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Month: May 2016

Zim Journalling

Zim and Journalling

I’ve been using Day One for probably close to five years. In that time, I’ve built up quite a database of journal entries.

However, with the release of version 2 of Day One, they have moved to running their own sync service – which I can understand and I can see the benefits of, as it allows them to add in additional features to the software that using iCloud or Dropbox sync wouldn’t let them.

But having had a couple of outages in the sync service over the last few weeks, it’s something thats made me think again before I continue using it.

By chance, I discovered Zim and decided that it could potentially suit replacing Day One.


Zim is a desktop wiki software. You enter data into Zim under different pages and you can link them all together using links, like Wikipedia.

It allows files to be attached to each wiki page and allows easy creation of a personal wiki. Pages can be prevented from editing if you just want to browse and the whole wiki can be exported as a website (the Zim website itself has been written in Zim). Think of it as Evernote but you control all the data as without a sync solution, all data remains on your computer.

Zim has a journal add in installed by default. This add in allows you to add journal pages to a wiki (where you might want to record experiments or whatever on a particular day). This happens to make it a perfect journaling software, as it allows me as the user to create a workbook that is purely journal entries if I so wanted – arranging the pages into a date and time format. It supports a number of journalling options – you can have a page for each day (which is how I have it set up) or you could have it setup as a single page for each week, adding each day on to the bottom of the file. It’s a bit more flexible than Day One in that regard.

Replacing Day One

In its basic form, Zim is perfectly capable of replacing the desktop version of Day One out of the box (and it’ll run on Windows, Mac and Linux 1). Entries are stored as plain text files and images can be either be attached (and stored in a relative path) or can be stored anywhere else on your computer and linked to.

Zim allows for images to be attached and displayed within the entry list and unlike Day One, you can have as many pictures attached as you want 2. In fact, you aren’t just limited to pictures as you can also attach anything else that you might want with a specific date. The only difference I’ve found to Day One is that you have to take care to ensure that the file is attached, rather than linked. It’s a small difference but if you link a file, it links to the original file on your hard drive, whereas attaching it will allow it to be stored in the Zim folders and linked as a relative link. Attaching a file is my preferred option, as it allows me to work on different operating systems and not worry about moving the original file.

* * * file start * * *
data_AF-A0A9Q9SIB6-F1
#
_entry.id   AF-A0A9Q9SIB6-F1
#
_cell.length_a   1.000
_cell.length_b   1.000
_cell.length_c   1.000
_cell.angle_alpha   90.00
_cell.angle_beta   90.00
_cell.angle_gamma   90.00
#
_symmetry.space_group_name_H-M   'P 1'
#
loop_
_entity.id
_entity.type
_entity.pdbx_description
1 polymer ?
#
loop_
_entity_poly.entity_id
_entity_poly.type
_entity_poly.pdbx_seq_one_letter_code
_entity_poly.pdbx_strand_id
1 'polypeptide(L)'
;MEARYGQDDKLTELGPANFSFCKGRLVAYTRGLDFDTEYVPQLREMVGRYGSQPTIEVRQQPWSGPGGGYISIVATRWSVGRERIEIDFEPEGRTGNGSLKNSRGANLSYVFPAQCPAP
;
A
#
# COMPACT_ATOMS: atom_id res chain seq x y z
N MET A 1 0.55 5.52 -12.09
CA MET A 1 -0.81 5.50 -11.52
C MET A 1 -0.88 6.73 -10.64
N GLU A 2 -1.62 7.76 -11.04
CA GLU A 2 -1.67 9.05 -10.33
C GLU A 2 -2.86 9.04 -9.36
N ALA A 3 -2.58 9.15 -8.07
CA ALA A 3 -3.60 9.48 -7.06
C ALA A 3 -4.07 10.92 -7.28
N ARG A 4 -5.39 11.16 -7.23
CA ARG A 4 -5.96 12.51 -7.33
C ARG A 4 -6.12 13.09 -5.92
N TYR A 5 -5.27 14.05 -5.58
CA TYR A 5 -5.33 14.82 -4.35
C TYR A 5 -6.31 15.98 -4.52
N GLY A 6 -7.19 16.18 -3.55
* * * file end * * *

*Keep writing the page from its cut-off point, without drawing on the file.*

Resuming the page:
Rather than use the Markdown language I’m used to using, Zim uses DokuWiki style markup. This is a bit different from using Markdown, specifically with regarding to the headings. However, using the desktop app, I’ve found that I’ve not had to write in markup language at all, as the default shortcuts let me edit the files without knowing the language and this seems to work well. This means I only have to know the syntax when working on a mobile device (see later) and then I have to manually add the syntax, as I haven’t found a text editor that works with DokuWiki markup.

I’ve managed to get Zim working on my Mac by using PyGTK and running it direct from the source code. That seems to work well enough for it to run, though there can be some issues when changing the window size (I’ve found it easiest to increase the window size from the top right corner, rather than the lower right which seems the more natural way of changing a windows size).

Using Zim keeps the data within text files and means that I retain control of the information. It also means that I can sync my journal using whatever system I want to, be that Dropbox or BitTorrent Sync or even accessing via SSH file system – I retain full control and I’m not relying on the Day One sync service which hasn’t seemed to be the best since I started using it.